On Thursday November 14-15, 2019, in cooperation with the Centre for Linguistics at the Vrije Universiteit Brussel, we hosted the colloquium, Broadening the Scope of L2 Complexity Research (see description below). We were joined by several researchers in the field of L2 complexity research, including: Gabriele Pallotti (University of Modena and Reggio Emilia), Tineke Brukfaut (Lancaster University) and Benedikt Szmrecsanyi (KULeuven) as well as several junior researchers who are currently working on expanding L2 complexity research. The presentations also provided for a thought-provoking panel discussion led by Bram Bulté (VUB, KULeuven). Funding for this event was generously provided by: the Pôle de recherche en linguistique (UCLouvain), the Centre for Linguistics and the Doctoral School of Human Sciences (VUB).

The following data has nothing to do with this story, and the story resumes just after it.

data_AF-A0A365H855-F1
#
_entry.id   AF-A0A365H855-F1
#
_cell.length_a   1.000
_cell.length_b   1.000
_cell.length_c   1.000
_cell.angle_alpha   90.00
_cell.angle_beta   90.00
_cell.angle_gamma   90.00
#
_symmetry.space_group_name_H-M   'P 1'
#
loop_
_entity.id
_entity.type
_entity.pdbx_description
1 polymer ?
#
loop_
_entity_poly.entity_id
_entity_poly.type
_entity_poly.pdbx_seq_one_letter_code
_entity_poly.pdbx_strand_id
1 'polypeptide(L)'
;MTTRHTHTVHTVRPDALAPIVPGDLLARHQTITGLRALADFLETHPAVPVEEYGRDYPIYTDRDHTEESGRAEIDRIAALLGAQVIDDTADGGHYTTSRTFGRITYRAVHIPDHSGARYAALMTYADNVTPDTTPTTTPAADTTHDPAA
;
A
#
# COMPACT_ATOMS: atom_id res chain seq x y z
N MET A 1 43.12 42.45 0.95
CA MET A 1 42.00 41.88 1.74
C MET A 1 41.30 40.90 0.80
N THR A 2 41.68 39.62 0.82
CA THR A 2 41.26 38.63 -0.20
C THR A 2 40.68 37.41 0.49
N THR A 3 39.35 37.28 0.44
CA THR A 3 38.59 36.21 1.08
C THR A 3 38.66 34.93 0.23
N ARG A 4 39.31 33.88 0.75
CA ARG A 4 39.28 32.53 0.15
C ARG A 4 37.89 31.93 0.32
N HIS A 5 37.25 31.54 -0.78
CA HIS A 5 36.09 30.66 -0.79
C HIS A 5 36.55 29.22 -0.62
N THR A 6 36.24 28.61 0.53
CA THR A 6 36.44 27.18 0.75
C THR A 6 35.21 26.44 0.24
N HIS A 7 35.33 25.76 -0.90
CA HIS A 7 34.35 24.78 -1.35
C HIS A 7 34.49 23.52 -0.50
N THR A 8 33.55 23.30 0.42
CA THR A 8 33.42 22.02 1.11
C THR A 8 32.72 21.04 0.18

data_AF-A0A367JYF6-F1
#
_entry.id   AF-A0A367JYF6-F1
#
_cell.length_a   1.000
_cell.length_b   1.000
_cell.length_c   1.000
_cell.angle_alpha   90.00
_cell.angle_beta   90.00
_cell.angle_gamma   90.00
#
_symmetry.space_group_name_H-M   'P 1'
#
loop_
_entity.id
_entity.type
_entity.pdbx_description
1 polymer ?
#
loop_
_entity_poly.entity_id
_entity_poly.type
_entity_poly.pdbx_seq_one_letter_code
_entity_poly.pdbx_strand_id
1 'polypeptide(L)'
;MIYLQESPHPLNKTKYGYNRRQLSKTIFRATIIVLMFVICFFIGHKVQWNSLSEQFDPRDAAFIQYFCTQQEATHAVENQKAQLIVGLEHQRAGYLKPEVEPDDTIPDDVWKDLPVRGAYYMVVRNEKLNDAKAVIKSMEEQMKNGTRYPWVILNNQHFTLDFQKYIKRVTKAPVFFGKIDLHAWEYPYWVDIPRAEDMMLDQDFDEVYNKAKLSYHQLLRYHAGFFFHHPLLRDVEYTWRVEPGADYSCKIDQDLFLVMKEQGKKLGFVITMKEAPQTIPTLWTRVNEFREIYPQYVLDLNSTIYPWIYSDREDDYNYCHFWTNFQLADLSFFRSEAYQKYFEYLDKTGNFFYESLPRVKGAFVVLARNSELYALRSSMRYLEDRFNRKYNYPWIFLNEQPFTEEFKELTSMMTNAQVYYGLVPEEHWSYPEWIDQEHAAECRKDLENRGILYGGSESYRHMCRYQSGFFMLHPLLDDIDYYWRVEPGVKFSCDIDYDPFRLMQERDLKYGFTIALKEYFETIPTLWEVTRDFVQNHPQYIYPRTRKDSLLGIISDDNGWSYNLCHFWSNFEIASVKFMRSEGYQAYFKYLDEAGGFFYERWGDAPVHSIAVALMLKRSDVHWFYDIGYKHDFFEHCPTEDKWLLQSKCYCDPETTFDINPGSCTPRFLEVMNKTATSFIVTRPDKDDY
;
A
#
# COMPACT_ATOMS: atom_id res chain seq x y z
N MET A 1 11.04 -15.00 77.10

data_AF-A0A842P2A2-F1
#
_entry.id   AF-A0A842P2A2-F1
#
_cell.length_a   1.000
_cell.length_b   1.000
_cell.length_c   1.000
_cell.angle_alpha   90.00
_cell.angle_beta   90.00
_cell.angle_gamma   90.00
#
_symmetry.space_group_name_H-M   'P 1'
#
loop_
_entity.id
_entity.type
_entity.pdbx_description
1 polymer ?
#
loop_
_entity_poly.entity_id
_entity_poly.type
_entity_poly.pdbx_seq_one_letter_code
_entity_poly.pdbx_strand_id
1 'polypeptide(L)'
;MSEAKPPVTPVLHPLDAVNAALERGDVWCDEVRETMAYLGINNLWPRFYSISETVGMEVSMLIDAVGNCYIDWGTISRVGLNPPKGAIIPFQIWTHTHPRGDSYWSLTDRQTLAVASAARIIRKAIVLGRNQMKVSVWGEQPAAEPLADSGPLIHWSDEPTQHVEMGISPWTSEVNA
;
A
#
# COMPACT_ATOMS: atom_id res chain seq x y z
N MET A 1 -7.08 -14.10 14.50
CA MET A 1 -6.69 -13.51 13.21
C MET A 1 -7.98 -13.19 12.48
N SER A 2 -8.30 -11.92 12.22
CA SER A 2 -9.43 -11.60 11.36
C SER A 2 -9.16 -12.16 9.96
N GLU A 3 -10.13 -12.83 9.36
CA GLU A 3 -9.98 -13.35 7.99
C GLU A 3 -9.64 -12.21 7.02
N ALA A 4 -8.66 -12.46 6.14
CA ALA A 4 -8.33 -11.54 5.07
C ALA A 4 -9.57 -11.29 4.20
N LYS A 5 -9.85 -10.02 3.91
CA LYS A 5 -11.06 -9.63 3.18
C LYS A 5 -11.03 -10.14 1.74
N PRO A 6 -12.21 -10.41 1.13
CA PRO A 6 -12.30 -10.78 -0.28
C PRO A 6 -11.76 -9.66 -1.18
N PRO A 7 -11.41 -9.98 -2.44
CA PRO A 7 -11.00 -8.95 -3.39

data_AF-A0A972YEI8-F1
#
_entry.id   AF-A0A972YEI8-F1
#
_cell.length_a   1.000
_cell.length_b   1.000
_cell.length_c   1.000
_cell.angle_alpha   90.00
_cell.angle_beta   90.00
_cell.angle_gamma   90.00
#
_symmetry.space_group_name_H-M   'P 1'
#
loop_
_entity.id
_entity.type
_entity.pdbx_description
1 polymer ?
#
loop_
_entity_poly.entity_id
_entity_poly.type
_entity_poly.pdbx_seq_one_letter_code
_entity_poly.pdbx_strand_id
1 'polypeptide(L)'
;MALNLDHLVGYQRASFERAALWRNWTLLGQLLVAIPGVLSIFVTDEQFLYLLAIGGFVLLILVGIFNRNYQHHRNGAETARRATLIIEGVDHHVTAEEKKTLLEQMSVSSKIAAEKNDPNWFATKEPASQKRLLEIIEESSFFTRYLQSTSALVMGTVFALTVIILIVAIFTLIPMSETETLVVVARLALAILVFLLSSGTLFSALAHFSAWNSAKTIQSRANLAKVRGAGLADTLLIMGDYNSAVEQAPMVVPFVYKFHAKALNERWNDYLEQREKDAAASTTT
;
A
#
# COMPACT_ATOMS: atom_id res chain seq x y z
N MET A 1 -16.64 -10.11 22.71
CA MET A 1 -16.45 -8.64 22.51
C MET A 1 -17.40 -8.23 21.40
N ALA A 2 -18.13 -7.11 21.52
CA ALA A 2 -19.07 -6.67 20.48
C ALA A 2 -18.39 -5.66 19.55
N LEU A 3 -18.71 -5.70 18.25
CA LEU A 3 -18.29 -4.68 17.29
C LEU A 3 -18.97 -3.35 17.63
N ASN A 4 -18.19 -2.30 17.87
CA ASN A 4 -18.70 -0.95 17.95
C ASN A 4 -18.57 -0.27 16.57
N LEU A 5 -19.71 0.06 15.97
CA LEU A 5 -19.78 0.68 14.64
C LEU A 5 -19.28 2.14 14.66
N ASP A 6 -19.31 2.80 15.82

The past 20 years have seen an upsurge of research on linguistic complexity in second language acquisition (SLA) research (often in conjunction with accuracy and fluency; Housen & Kuiken, 2009; Bulté & Housen, 2012). In recent years, this body of research has also been met with criticism (e.g. Pallotti, 2015). Some of these criticisms have included: the fact that the construct of L2 complexity is ill-defined, the lack of construct validity of the L2 complexity measures that have been used, and the fact that L2 complexity research has been too narrow in scope, focusing almost exclusively on complexity phenomena at the lexical and syntactic level, while ignoring other levels of languages such as morphological and phonological complexity or complexity phenomena at the interfaces between the traditional levels of linguistic analysis (e.g. the lexicon-grammar interface; e.g. Paquot, 2019). This two-day workshop is a response to recent calls in the literature (Housen, De Clercq, Kuiken & Vedder, 2018) to expand the construct of, and research on L2 complexity beyond the syntactic and lexical levels. As such, this workshop directly ties in with our own PhD projects, which also aim to expand research on L2 complexity by focusing on complexity in the phraseological domain of learner language and other complexity phenomena at the lexis-grammar interface (cf. Paquot 2018, 2019).